by Dorothy Littell Greco
To follow Christ is to choose to forgive. Once we receive forgiveness from the Lord—a vertical transaction—we are to give it away horizontally to others. To do this well, we need to fully understand what forgiveness is. Sometimes actual events are the best teachers.
In the fall of 2015, a young white man walked into a historic South Carolina church during their midweek Bible study and killed nine African Americans. The family members of the victims publicly expressed their grief but also spoke forgiveness to the murderer. This confounded the secular media, leading some news outlets to view the families’ radical choice as denial or insanity. Forgiveness might seem foolish, but it’s certainly not denial.
When we drop the charges against those who have sinned against us, we are not excusing their actions, minimizing the damages, or opening ourselves up to further mistreatment. We are simply agreeing that Jesus’s redemptive work on the cross is sufficient. His willingness to die for sins that He did not commit fulfills the ancient laws that preceded his incarnation.
When God set the universe in motion, He established physical laws (such as gravity) and spiritual laws (such as the shedding of blood to atone for sin). Prior to Jesus’s death on the cross, Hebrew priests heard the confessions of their people and subsequently sacrificed animals so that individuals or tribes could be forgiven. God, who seems slightly detail oriented, specified exactly how these rituals should take place (Lev. 4). For sensitive animal lovers like me, the system seems like a gruesome non sequitur. Yet God deemed that “without the shedding of blood, there is no forgiveness” (Heb. 9:22). The rituals appeased God but had to be constantly repeated.
Jesus’s death satisfied the need for sacrifice once and for all. He became our high priest as well as the sacrificial lamb, freeing us from the need to continually shed innocent blood. This changes everything. Because of Jesus’s holy life and sacrificial death, we can “go right into the presence of God”—the Holy of Holies, once reserved for only the high priests—“with true hearts fully trusting him to receive us because we have been sprinkled with Christ’s blood to make us clean and because our bodies have been washed with pure water” (Heb. 10:22 TLB).
Forgiveness is rarely simple or quick. In fact, it’s helpful for us to understand it as simultaneously a command, choice, and process.
Jesus taught his disciples about the command component on multiple occasions. As recorded by Luke, Jesus said, “If another believer sins, rebuke that person; then if there is repentance, forgive. Even if that person wrongs you seven times a day and each time turns again and asks forgiveness, you must forgive” (Luke 17:3-4). Also quoting Jesus, the apostle Mark writes, “When you are praying, first forgive anyone you are holding a grudge against, so that your Father in heaven will forgive your sins, too” (Mark 11:25). In certain situations—like cold-blooded murder—we might be tempted to assume that the command to forgive doesn’t apply. Scripture does not validate such spin. When it comes to forgiveness, there are no extenuating circumstances that let us off the hook. (In the case of an abusive spouse, we can forgive while still making choices to protect ourselves and our children.) If you think someone doesn’t deserve to be forgiven, you’re probably correct. However, those who crucified Jesus didn’t deserve to be forgiven either but He forgave them anyway (Luke 23:34).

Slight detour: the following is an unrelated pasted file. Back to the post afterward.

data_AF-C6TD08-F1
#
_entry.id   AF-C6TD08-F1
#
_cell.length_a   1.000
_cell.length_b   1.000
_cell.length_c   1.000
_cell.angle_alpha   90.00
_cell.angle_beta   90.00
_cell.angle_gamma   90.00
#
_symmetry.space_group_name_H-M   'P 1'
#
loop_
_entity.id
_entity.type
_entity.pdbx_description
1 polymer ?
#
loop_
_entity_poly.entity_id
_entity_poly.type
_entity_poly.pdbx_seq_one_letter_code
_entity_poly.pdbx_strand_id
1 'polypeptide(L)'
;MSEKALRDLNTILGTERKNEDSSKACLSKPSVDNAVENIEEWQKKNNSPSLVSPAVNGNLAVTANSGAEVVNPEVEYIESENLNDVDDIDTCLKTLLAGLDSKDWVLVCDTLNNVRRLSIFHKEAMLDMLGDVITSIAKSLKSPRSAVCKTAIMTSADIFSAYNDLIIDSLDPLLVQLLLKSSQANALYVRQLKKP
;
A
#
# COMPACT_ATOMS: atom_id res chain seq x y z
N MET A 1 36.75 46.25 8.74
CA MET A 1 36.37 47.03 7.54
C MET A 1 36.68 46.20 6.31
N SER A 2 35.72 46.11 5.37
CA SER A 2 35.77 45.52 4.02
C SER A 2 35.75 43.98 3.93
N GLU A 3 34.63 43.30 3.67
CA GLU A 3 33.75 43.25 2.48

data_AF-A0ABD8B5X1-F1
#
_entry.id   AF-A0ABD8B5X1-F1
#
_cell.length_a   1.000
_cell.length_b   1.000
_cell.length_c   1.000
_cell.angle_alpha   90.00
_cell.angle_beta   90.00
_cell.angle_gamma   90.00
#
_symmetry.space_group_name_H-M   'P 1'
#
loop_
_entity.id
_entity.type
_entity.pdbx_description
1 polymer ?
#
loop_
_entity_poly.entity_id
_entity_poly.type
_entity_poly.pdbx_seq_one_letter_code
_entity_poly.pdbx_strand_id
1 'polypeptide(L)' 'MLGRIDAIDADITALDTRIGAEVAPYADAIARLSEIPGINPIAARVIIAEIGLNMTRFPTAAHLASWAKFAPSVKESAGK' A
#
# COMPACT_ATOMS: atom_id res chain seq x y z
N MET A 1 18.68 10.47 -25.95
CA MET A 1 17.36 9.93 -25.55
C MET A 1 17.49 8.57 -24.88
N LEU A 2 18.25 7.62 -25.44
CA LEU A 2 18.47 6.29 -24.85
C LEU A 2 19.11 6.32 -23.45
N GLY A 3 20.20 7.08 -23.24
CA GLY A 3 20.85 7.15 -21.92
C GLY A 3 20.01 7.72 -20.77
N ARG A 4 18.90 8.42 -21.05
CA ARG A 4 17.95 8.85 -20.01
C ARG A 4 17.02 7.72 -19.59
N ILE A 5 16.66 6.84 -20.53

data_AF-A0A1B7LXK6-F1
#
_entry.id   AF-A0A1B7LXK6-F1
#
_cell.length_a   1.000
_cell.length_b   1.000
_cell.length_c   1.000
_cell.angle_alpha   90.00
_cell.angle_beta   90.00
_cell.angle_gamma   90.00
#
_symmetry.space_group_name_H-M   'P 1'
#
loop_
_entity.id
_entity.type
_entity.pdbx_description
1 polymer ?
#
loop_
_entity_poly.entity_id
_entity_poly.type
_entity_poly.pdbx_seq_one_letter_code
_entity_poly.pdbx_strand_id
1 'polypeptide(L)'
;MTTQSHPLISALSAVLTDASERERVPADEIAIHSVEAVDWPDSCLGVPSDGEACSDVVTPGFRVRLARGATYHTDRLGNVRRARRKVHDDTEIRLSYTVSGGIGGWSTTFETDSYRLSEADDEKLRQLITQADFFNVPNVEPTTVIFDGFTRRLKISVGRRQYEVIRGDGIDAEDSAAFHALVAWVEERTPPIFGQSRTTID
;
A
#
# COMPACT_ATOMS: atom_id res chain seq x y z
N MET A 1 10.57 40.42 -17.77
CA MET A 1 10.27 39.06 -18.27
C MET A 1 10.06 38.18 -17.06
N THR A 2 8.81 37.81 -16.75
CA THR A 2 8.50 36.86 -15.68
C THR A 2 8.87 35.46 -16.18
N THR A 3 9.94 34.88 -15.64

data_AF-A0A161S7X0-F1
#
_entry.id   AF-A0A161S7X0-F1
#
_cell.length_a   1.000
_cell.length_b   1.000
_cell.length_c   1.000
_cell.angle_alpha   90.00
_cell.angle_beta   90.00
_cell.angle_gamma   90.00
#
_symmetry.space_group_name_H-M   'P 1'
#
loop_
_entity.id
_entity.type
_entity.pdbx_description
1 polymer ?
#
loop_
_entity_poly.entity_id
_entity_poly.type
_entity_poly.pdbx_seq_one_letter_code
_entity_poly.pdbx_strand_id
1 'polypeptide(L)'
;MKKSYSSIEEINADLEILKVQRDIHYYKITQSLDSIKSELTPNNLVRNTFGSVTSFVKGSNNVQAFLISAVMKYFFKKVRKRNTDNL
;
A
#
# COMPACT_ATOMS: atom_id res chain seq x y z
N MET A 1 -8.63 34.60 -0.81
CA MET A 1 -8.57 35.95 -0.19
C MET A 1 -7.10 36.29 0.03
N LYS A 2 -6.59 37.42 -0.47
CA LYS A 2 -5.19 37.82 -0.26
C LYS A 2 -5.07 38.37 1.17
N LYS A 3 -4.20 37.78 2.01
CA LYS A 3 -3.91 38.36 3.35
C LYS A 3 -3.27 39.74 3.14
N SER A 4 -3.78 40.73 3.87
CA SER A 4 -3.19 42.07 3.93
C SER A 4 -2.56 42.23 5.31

Similar to any command in Scripture, we get to decide whether or not we want to obey. God does not coerce or manipulate us; He gives us the terrible freedom to choose. When we obey, God’s power gets released in our lives, which should be an incredible motivator for us.
Finally, forgiveness is sometimes a process. As much as we’d like our hurt, bitterness, and anger to completely disappear when we forgive the first time, it’s seldom that straightforward. When Peter asked Jesus how many times he was to forgive someone who sinned against him, I can imagine Peter having a little swagger as he suggested seven times. But Jesus countered with “No, not seven times, but seventy times seven!” (Matt. 18:22). That could mean forgiving the same person for the same offense 490 times or that if a particular person (who perhaps shares your last name and zip code) repeatedly sins against you, you have the opportunity to continually forgive.
Today, as we confess our sins to each other and extend forgiveness, we become “a royal priesthood” (1 Peter 2:9 NIV) helping each other inch toward holiness. According to Drs. Paul and Virginia Friesen, “As image bearers of Christ, we are never more Christ-like than when we forgive.” I pray that God will give all of us the courage to be more like him with each passing day.
The article above is an excerpt from Making Marriage Beautiful, written by Dorothy Littell Greco in 2017 and used by permission from the publisher, David © Cook. You can find out more about this book and Dorothy’s more recent marriage book on her website.